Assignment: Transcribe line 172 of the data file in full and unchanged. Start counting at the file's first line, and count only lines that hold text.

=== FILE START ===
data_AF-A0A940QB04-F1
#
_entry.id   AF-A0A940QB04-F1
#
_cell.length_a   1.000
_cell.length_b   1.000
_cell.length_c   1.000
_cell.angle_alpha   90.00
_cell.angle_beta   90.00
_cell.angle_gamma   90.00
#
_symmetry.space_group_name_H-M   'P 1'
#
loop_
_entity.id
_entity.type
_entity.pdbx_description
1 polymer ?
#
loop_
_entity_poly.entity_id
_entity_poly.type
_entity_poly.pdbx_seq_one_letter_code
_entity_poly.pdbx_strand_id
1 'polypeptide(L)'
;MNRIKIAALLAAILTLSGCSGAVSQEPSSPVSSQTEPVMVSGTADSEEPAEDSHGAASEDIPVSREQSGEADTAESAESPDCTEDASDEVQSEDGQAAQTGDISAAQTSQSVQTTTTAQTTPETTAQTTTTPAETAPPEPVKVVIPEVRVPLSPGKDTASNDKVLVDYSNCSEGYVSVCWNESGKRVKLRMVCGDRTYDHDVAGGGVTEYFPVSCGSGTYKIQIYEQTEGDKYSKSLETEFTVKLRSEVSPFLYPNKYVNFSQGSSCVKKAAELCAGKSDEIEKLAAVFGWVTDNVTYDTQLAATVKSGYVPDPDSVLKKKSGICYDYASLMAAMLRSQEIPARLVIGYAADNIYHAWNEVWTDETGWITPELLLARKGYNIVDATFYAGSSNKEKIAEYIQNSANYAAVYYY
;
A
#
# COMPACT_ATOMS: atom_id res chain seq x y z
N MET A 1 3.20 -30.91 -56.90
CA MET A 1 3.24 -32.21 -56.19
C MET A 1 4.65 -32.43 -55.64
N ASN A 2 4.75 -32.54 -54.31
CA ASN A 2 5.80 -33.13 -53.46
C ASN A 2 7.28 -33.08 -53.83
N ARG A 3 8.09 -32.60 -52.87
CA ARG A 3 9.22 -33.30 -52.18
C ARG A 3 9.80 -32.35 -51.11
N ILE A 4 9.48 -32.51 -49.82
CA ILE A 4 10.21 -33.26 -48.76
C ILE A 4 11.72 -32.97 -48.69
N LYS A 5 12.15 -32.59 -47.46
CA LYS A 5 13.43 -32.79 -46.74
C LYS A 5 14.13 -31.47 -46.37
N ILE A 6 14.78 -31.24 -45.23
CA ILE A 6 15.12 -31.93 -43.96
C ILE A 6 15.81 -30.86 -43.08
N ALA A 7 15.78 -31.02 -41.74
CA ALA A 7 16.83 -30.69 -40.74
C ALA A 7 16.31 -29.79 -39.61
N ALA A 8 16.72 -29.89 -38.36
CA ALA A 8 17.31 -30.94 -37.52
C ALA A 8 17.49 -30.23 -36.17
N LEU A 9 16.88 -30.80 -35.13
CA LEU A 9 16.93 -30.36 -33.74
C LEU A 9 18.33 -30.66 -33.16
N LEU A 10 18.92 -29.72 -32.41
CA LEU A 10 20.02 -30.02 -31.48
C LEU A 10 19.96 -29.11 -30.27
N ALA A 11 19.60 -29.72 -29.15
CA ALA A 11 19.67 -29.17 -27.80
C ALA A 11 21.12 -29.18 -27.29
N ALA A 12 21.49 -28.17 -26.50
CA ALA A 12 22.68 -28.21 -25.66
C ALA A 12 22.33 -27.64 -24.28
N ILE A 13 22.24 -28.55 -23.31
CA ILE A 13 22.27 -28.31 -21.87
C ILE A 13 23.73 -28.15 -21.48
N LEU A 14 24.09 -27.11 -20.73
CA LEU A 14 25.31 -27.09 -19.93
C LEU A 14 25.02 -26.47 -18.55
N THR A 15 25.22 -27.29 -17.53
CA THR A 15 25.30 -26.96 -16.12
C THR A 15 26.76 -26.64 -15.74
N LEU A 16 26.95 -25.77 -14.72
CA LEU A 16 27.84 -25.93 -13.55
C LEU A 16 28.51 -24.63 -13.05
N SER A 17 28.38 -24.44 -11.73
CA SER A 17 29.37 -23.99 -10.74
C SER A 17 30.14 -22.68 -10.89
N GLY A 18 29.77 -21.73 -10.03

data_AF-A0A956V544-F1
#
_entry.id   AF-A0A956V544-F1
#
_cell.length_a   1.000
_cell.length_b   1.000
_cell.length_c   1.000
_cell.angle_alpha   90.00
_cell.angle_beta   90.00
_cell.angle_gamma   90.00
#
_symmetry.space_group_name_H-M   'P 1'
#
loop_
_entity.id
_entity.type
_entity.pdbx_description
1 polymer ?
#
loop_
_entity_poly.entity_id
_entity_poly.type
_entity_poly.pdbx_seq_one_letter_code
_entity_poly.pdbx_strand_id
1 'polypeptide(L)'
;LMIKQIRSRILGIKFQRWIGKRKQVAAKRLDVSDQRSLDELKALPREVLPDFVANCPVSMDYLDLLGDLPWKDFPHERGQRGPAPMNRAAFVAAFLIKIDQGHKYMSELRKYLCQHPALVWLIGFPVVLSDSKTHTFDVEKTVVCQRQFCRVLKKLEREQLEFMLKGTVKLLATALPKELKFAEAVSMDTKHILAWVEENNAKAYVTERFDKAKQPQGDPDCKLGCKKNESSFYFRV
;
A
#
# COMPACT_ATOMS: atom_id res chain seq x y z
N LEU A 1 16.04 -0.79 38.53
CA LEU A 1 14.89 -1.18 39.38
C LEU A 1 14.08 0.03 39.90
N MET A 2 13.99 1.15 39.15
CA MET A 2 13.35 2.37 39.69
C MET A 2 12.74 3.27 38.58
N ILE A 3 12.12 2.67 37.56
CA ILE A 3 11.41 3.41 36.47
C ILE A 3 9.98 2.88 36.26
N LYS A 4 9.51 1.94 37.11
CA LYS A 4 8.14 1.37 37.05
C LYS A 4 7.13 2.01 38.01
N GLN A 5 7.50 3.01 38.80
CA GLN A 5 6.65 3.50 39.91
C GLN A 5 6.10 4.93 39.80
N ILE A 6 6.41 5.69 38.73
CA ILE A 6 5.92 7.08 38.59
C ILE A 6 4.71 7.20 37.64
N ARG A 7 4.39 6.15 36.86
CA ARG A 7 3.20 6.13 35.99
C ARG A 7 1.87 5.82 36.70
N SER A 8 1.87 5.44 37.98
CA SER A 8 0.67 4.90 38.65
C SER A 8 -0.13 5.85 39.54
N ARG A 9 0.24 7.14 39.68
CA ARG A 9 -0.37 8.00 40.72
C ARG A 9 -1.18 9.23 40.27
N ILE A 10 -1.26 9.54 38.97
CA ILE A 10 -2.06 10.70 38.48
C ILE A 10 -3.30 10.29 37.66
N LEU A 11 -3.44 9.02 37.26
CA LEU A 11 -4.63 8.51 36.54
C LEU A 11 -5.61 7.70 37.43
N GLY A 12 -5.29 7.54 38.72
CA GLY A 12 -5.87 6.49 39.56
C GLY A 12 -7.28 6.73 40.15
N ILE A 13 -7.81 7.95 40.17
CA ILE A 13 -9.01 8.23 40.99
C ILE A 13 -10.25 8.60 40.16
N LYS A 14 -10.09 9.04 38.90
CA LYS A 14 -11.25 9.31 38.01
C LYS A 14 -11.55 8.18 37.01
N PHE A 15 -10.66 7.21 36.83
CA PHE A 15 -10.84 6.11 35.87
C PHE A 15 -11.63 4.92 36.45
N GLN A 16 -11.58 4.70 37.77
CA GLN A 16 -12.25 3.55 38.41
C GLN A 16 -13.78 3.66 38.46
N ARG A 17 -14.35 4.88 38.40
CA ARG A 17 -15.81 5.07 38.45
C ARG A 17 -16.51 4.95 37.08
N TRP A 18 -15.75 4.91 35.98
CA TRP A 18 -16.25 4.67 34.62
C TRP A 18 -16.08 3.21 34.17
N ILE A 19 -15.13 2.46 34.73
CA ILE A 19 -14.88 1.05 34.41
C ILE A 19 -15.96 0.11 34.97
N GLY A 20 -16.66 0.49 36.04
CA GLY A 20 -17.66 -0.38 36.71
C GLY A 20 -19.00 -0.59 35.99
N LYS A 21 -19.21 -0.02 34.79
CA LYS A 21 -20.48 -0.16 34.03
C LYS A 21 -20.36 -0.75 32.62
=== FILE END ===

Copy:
C GLY A 20 -19.00 -0.59 35.99